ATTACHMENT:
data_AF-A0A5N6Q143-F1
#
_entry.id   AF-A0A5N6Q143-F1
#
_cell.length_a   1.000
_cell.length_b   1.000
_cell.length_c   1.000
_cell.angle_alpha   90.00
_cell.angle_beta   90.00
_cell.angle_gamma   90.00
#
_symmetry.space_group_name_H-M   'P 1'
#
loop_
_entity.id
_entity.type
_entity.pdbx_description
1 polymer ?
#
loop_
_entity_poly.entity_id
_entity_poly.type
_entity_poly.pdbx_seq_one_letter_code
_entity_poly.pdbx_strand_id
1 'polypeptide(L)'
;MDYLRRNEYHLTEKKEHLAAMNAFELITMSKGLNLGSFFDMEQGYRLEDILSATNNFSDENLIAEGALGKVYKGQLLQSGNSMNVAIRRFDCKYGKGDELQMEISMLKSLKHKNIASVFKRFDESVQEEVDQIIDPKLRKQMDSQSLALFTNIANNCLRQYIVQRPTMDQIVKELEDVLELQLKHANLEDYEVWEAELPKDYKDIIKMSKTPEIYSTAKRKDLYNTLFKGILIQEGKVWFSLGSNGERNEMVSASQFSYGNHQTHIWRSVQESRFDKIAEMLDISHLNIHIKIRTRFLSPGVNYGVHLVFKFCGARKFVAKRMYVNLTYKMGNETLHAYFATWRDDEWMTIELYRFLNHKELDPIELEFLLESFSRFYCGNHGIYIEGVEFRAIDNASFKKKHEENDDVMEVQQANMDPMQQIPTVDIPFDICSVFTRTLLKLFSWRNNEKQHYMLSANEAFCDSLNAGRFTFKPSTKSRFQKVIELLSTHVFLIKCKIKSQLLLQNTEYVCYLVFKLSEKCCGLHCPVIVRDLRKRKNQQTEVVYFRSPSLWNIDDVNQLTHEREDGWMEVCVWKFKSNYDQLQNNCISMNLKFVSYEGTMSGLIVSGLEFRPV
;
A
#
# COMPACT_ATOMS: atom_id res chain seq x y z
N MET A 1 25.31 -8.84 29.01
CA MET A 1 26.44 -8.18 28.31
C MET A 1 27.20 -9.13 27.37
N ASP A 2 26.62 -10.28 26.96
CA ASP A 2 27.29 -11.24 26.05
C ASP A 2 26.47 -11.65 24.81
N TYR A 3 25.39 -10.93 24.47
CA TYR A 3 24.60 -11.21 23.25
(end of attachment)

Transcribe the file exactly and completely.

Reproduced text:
data_AF-A0A5N6Q143-F1
#
_entry.id   AF-A0A5N6Q143-F1
#
_cell.length_a   1.000
_cell.length_b   1.000
_cell.length_c   1.000
_cell.angle_alpha   90.00
_cell.angle_beta   90.00
_cell.angle_gamma   90.00
#
_symmetry.space_group_name_H-M   'P 1'
#
loop_
_entity.id
_entity.type
_entity.pdbx_description
1 polymer ?
#
loop_
_entity_poly.entity_id
_entity_poly.type
_entity_poly.pdbx_seq_one_letter_code
_entity_poly.pdbx_strand_id
1 'polypeptide(L)'
;MDYLRRNEYHLTEKKEHLAAMNAFELITMSKGLNLGSFFDMEQGYRLEDILSATNNFSDENLIAEGALGKVYKGQLLQSGNSMNVAIRRFDCKYGKGDELQMEISMLKSLKHKNIASVFKRFDESVQEEVDQIIDPKLRKQMDSQSLALFTNIANNCLRQYIVQRPTMDQIVKELEDVLELQLKHANLEDYEVWEAELPKDYKDIIKMSKTPEIYSTAKRKDLYNTLFKGILIQEGKVWFSLGSNGERNEMVSASQFSYGNHQTHIWRSVQESRFDKIAEMLDISHLNIHIKIRTRFLSPGVNYGVHLVFKFCGARKFVAKRMYVNLTYKMGNETLHAYFATWRDDEWMTIELYRFLNHKELDPIELEFLLESFSRFYCGNHGIYIEGVEFRAIDNASFKKKHEENDDVMEVQQANMDPMQQIPTVDIPFDICSVFTRTLLKLFSWRNNEKQHYMLSANEAFCDSLNAGRFTFKPSTKSRFQKVIELLSTHVFLIKCKIKSQLLLQNTEYVCYLVFKLSEKCCGLHCPVIVRDLRKRKNQQTEVVYFRSPSLWNIDDVNQLTHEREDGWMEVCVWKFKSNYDQLQNNCISMNLKFVSYEGTMSGLIVSGLEFRPV
;
A
#
# COMPACT_ATOMS: atom_id res chain seq x y z
N MET A 1 25.31 -8.84 29.01
CA MET A 1 26.44 -8.18 28.31
C MET A 1 27.20 -9.13 27.37
N ASP A 2 26.62 -10.28 26.96
CA ASP A 2 27.29 -11.24 26.05
C ASP A 2 26.47 -11.65 24.81
N TYR A 3 25.39 -10.93 24.47
CA TYR A 3 24.60 -11.21 23.25